But is now made manifest by the appearing of Jesus Christ, who hath abolished (annulled) death, and hath brought life and immortality (incorruption) to light through the gospel;
Whereunto I am appointed a preacher, and an apostle, and a teacher of the Gentiles” (2 Tim. 1.8-11).

This is such a powerful passage of Scripture.  Paul says that Jesus Christ has “abolished death.”  That is, He has made death impotent, he has made it “of no effect.”  He has made death so that it “doesn’t work” anymore, as the word literally means.  It has no power.  This is what God accomplished in the cross of Jesus Christ.

But that is not all.  In what Paul is saying here he has his opening words in mind, “the promise of life which is in Christ Jesus.”  He returns to them now, saying that the God who has made death of no effect has “brought life and immortality to light through the gospel.”  We too easily miss the import of these powerful words.  Paul is not talking about a gospel that merely informs us that God has brought life and incorruption to light; he is talking about the gospel that is an actual demonstration of the truth that Christ has annulled death.

This is what the Gospel is all about—and nothing less.  The Gospel is a bringing to light, a manifestation, a shining forth… of a life that is dominion over death.

And what is death?  Paul is not talking solely about the death that terminates our mortal existence.  Yes, in due time that too is vanquished.  But primarily Paul is talking about the death that reigns over the whole family of Adam all their days.  Death is not merely an event that ends our life here on earth.  It is a domain in which all men have been bound since the day Adam sinned in the Garden.  All, that is, except those who have been liberated from that bondage by the Gospel.  The Gospel of God is a gospel that brings men into the kind of Life over which sin and death has no dominion.

Paul wrote to the Romans, “the law of the Spirit of life in Christ Jesus hath made me free from the law of sin and death” (Rom. 8.2).  He wrote, “For if by one man’s offence death reigned by one, much more they which receive abundance of grace and of the gift of righteousness shall reign in life by one, Jesus Christ” (Rom. 5.17).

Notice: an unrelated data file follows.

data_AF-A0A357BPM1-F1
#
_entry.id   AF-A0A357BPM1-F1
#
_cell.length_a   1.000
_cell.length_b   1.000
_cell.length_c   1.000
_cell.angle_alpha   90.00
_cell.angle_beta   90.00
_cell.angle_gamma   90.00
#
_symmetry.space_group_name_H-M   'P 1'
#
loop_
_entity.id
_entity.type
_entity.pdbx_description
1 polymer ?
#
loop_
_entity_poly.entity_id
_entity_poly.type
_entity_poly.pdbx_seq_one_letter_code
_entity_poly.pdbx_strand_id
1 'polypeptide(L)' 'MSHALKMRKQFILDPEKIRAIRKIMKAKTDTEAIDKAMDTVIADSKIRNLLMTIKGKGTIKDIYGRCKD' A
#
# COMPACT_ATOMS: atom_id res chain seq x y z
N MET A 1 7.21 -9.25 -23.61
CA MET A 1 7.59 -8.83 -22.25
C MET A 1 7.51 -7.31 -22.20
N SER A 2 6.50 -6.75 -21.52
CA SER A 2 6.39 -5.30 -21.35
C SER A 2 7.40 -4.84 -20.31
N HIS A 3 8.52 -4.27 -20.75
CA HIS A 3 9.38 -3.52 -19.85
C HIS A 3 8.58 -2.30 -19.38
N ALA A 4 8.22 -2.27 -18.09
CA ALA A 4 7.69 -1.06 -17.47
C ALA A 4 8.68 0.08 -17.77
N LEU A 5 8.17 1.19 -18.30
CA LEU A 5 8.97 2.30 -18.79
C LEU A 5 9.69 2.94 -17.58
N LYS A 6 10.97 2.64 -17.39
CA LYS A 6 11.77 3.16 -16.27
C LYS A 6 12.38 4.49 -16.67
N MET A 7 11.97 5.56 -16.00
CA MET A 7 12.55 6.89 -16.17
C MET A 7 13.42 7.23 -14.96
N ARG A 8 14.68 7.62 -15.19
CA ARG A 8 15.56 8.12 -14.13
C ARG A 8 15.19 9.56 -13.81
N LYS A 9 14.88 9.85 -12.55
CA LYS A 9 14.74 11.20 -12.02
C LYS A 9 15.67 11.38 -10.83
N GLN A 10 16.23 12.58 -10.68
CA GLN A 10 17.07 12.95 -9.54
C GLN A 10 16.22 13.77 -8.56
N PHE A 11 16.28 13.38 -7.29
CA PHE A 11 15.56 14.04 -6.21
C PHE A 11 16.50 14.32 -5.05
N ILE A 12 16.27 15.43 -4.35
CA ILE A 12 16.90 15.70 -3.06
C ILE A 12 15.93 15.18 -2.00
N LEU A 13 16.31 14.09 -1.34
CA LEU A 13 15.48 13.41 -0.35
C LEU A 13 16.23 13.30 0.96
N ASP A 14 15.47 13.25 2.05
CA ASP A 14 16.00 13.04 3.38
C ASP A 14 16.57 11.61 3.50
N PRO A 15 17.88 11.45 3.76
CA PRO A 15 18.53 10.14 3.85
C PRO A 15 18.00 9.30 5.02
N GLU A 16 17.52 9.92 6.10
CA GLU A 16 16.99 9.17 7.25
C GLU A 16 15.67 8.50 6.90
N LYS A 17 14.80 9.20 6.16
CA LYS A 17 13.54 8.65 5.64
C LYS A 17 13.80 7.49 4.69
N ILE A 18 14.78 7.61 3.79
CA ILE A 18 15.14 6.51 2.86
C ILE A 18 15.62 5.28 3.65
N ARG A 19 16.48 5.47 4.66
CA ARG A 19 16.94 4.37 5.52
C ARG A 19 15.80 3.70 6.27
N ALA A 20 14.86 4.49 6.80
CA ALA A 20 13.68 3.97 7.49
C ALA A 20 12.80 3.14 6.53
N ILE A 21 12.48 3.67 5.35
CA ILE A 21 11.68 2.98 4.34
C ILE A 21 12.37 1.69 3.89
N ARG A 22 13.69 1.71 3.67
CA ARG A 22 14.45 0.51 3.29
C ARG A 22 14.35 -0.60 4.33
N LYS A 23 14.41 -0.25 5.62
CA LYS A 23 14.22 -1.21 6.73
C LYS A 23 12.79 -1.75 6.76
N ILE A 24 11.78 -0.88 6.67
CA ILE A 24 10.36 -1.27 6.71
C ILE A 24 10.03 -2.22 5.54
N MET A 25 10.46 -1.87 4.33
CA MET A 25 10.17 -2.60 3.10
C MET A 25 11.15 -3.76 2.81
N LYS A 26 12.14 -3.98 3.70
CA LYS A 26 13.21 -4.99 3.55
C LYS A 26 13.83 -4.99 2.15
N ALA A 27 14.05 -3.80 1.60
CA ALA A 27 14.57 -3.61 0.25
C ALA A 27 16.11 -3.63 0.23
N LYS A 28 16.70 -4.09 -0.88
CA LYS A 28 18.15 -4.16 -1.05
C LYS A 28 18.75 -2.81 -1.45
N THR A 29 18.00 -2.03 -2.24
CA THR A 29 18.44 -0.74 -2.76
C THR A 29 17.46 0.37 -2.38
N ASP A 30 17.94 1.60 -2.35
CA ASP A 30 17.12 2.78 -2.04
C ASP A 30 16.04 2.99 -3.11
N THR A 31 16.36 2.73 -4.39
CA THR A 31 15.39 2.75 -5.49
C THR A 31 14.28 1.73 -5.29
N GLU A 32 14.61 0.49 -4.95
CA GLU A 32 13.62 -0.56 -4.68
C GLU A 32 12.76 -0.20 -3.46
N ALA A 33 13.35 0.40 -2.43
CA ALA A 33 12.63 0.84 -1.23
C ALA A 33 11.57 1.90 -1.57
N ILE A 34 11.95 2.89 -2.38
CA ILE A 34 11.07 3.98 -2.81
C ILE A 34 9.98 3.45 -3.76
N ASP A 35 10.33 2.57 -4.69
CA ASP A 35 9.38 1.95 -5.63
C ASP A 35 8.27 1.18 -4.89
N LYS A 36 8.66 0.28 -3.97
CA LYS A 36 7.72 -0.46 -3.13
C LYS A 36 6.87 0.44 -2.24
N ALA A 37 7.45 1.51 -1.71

Christian, is this the gospel—the glad tidings—unto which you and I too are separated?  Are we walking in a Life that reigns over all—over sin, over the domain of death?  Over the flesh, over the world, over the Devil?  And this not only in our own lives but in the lives of those around us?

This is why He saved us.

But it doesn’t end with our own salvation:  “He saved us, and called us with a holy calling…”  What is the calling?  It is the calling to walk in eternal life and make eternal life manifest in a world bound under the law of sin and death.  What does Paul urge us to, then?

Fight the good fight of faith, lay hold on eternal life whereunto thou art called and hast confessed a good confession before many witnesses (1 Tim. 6.12).

Let us lay hold on this eternal life, Christian.  This is our calling.  It is unto this that we, like Timothy, have been called on behalf of all men.  It’s the Gospel of God, the Gospel of eternal life.  Let us never settle for a gospel less than this!  It is good news—very good news indeed!

A Burden of Light

I have been feeling very heavy hearted and pained the last couple of days as a result of the multiple murder that took place over our way.  I’m sure many of you have heard about this—it’s been headline news all across Canada—the two young baseball players from Prince Edward Island playing for a team in Lethbridge, Alberta.  I don’t want to go into the details, but apparently they were celebrating a birthday out in a bar with their friends… having a wonderful time, enjoying life to the max the way young people just love to do.  A jealous ex-boyfriend of one of the girls comes along.  There is an ugly incident in the bar… and then later on the horror story on the highway at three in the morning as these young people leave their fun and rush to Calgary to catch a plane to Prince Edward Island for the Christmas break.  The ex-boyfriend has tailed them.  And he has a gun.

And now four young people are dead, this young man included.  He turned his gun on himself after he wreaked his vengeance.  The whole country is horrified.  How could this happen?

…Four young people in their early twenties, in the flower of life, and living life to the max.  Their whole lives were before them.  So much to live for.  Now they are dead.  Their friends are in tears:  they were such fun-loving people…  why could this happen to such wonderful people?

And so… my burden.  How long, Lord, how long?  How long till there shines a Light in the darkness that reveals to a whole generation of lost young people that this is not what life is for!  Sitting down to eat and to drink, and rising up to play… this is not what life is for!  This is not why God gave us a life—to consume upon ourselves!